The easiest path [Editorial]

The opposition to Transource Energy’s plan to build new power transmission lines through part of northern Harford County has dug in its heels.

Recent history shows that once the opposition digs in, it’s generally a very hard, if not impassable, road to travel for an entity seeking a project’s approval, particularly when community activism in turn raises the hackles of enough of the politicians that depend on those folks’ votes.

Last time we checked, Walmart is planning to expand its Abingdon store on its existing site, rather than building a big new store in the community which some call Bel Air South. More precisely, Walmart had big plans for an even bigger, better store about three miles north on Route 24 near its intersection with Plumtree Road.

After some in the Bel Air South community got organized and started fighting the retail giant, it seemed only a matter of time before Walmart would abandon its plans and move on to Plan B – the existing site.

One of the Walmart opponents, an engineer by trade, drew up basic plans showing how the retailer could stay at its location, renovate the existing part of the old building and add all the space it would gain at the proposed new location. The company’s response was it couldn’t be done.

Once the county government abandoned its support for the project, even though the zoning for the parcel at issue had been changed to accommodate just such a business, it was clear Walmart’s path to approval was disappearing.

Some months later, Walmart announced renovation and expansion plans for its existing location at Constant Friendship Boulevard and Tollgate Road that bore a striking resemblance to the idea the opposition suggested and the retailer rejected.

At the risk of creating false hope among those trying to stop it, what’s happening in northern Harford County with the Transource Energy electricity transmission lines plan is starting to have a look similar to the Bel Air South Walmart battle.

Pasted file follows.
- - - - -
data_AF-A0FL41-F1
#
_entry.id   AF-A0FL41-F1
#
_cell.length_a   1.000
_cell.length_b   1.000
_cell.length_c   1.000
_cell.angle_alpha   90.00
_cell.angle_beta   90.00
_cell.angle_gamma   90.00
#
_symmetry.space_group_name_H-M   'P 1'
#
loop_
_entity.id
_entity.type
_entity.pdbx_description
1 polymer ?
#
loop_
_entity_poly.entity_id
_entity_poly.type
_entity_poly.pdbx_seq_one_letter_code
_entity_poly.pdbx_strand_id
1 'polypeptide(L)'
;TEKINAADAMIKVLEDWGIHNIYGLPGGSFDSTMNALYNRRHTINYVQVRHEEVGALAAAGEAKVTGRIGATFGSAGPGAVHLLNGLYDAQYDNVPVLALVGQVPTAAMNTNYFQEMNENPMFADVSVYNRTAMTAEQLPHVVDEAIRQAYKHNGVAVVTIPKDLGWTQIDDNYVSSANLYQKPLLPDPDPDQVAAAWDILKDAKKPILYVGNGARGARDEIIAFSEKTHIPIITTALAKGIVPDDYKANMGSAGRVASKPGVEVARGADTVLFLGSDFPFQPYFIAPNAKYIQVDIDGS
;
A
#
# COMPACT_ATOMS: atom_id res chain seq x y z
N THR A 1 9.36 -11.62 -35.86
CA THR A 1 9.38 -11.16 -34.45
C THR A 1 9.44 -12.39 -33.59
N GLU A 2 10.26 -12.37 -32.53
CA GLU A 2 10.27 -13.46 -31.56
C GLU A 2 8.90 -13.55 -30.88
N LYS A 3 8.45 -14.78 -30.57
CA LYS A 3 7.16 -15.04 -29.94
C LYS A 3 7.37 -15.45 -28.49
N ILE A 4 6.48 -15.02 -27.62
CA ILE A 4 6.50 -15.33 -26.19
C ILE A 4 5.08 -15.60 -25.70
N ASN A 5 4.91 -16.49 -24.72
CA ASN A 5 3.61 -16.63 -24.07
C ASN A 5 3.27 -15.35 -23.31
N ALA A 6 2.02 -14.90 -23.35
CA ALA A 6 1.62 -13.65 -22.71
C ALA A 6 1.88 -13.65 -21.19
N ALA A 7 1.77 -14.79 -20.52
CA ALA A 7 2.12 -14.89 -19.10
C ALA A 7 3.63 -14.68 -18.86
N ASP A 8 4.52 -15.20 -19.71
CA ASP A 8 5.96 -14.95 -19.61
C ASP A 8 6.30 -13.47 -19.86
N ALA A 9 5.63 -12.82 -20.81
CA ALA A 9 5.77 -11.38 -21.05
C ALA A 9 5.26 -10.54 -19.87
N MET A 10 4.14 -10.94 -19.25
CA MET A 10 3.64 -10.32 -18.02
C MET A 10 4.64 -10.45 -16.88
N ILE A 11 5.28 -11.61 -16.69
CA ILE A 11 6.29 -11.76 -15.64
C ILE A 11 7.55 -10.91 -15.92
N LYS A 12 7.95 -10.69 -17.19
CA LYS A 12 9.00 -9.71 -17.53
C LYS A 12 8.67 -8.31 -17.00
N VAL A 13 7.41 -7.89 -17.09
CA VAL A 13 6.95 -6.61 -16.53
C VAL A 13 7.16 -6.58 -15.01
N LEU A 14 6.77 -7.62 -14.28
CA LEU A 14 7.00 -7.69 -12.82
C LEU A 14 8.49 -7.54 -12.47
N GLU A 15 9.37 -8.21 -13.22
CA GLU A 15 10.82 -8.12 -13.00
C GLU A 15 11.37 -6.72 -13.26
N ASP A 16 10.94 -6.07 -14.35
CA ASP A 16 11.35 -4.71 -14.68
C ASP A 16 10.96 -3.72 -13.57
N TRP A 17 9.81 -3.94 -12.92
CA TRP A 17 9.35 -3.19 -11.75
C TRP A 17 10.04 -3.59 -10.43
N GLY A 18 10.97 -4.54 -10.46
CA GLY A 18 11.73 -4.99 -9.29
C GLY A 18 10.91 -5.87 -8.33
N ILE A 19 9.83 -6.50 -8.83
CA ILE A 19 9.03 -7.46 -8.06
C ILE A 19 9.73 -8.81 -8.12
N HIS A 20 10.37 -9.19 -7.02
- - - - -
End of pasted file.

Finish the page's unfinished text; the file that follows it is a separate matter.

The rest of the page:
In the power line fight, the resistance is more than just some residents fighting a utility conglomerate.

The county’s delegation to the state legislature has taken up the cause and is working on legislation that would directly affect the project. The Harford County Council and the county government administration also are lined up against the proposal.

At issue is a 3.1-mile stretch of power lines that would be a new set of high voltage transmission towers and cables carrying the electricity from Maryland into Pennsylvania and beyond. Opponents, in an effort to keep from creating new, adverse effects on the community, have suggested that the project follow an already established route where transmission towers have been part of the landscape for a long, long time.

As has happened so often in Harford County, that’s a great idea for all involved, except the power company, because it doesn’t control the existing route. It’s far more cost-effective, i.e. much more profitable, for them to blaze a new route than it would be to follow an existing one.

When this matter is settled, we believe the new route won’t survive the regulatory process and Transource the either will be forced to follow an existing path or give up, as it did with a similar project proposed in other states.

Why shouldn’t Transource just skip a long, drawn-out process, save everyone a lot of angst and effort and just follow the path of least resistance?

It’s as likely as not that will be the route the company takes eventually, anyway.

Copyright © 2018, The Aegis, a Baltimore Sun Media Group publication | Place an Ad
46°